Skip to content
Student Perspectives on GenAI cover image
Maura LyonsApril 30, 20242 min read

How Computing Students Understand and Use GenAI Tools in Their Courses

To respond to this popularity, Codio conducted a study to examine how 371 U.S. college students in computing courses interact with and perceive generative artificial intelligence (GenAI) tools. For a more detailed breakdown of our findings, download the full report.

Download Research

What tools are students using?

Our study's findings are significant. They reveal that a substantial majority (76%) of students have interacted with GenAI tools. ChatGPT and Google Bard emerged as the most popular tools, surpassing integrated options like GitHub Co-pilot and Replit Ghostwriter. Nearly half of the students surveyed reported using GenAI tools for academic tasks.

However, their financial commitment to these tools varied, with half the participants willing to spend up to $10 or more monthly. This willingness to invest appears to be driven by perceived value rather than usage frequency, a critical insight from our research.

How do students use GenAI?

While faculty are concerned about students using GenAI for cheating (e.g., Zastudil et al., 2023), and students report that cheating makes cheating easier to get away with, students' number one use of GenAI was understanding programming prompts and error messages. These uses align with academic integrity guidelines, suggesting students use these tools responsibly. In computing courses, over 43% of students utilized GenAI tools for assignment comprehension, 41% for error explanation, and nearly 39% for algorithm writing, further supporting this positive alignment.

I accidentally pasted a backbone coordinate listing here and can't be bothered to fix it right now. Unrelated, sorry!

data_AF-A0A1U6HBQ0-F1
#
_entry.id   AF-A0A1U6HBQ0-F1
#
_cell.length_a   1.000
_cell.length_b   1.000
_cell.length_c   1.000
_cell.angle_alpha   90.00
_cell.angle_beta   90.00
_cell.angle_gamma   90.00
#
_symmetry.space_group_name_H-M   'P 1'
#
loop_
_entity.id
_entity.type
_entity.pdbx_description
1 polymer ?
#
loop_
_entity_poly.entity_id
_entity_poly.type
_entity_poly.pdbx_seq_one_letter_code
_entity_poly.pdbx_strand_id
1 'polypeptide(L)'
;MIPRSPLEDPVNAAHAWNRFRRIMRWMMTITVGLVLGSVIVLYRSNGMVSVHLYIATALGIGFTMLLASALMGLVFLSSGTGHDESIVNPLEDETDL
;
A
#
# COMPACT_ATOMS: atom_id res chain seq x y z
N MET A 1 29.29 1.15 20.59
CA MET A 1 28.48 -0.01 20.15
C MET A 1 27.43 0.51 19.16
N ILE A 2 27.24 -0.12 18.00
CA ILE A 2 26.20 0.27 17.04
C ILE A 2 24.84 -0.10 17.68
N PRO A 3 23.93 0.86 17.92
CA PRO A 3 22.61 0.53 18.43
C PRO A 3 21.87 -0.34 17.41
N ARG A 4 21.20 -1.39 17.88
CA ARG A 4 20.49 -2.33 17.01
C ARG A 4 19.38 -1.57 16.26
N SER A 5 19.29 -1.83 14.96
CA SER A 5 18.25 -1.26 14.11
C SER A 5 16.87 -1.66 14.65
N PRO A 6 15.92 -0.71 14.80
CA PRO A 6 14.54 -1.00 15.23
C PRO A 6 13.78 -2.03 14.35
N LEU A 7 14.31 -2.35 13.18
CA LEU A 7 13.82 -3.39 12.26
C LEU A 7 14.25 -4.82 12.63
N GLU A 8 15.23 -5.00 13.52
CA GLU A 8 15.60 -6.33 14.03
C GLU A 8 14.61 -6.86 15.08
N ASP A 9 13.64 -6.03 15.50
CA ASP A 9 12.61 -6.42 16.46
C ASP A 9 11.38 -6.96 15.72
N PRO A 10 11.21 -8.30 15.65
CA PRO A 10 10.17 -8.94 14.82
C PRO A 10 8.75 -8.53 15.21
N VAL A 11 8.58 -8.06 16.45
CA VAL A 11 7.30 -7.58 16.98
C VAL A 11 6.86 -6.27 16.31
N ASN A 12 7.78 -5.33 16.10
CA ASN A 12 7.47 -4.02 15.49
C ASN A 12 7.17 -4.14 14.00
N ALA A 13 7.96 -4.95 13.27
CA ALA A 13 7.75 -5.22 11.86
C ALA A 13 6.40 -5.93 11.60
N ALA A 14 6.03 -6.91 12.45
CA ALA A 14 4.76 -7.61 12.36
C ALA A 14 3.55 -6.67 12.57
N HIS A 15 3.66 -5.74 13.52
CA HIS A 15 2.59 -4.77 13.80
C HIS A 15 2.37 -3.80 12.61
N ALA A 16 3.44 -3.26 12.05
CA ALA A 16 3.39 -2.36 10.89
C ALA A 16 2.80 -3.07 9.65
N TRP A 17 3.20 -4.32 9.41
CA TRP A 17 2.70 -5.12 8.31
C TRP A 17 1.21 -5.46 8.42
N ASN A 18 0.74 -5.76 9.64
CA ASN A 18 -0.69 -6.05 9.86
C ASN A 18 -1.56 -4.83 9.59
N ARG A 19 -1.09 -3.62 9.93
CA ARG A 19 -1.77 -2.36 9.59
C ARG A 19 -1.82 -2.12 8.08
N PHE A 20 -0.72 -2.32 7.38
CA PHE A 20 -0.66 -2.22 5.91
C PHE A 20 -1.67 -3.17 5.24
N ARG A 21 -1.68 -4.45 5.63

These are relatively unproblematic uses of GenAI from an academic integrity standpoint, and our findings highlight the need for computing professionals to work on more effective communication with novices. When students were asked why they chose not to use GenAI on assignments, most replied, "I prefer to do my own assignments." Aligning nicely with students' views, curriculums are also evolving to reflect this new era, with some courses now teaching how to use GenAI and necessitating citations for its utilization.

Are GenAI tools accurate?

While they often found these tools accurate, these accurate responses were only sometimes helpful and frequently saved minimal, if any, time. 47% of students report being taught about how to use these tools effectively and/or how they work – with 23% of them taking courses allowing their use with citation (compared to 18% of courses forbidding their use). Our findings suggest that the effectiveness of GenAI tools depends on a user's skill level. If students are taught how to leverage GenAI properly, they might become more efficient users.

Download Research

Looking to the Future

Concerns regarding AI displacing programming jobs show a divergent outlook, with older students (45-60 years) being the most worried and younger students (18-29 years) less so. This illustrates a generational divide in perceptions of GenAI's potential impact on employment.

GenAI is here and here to stay. No matter the critical reception, students are already using the tools available to them, often in principled ways. Educators must consider the inevitability of using GenAI going forward and equip students to use the tools responsibly and efficiently.


Maura Lyons

Maura is a Marketing Associate at Codio.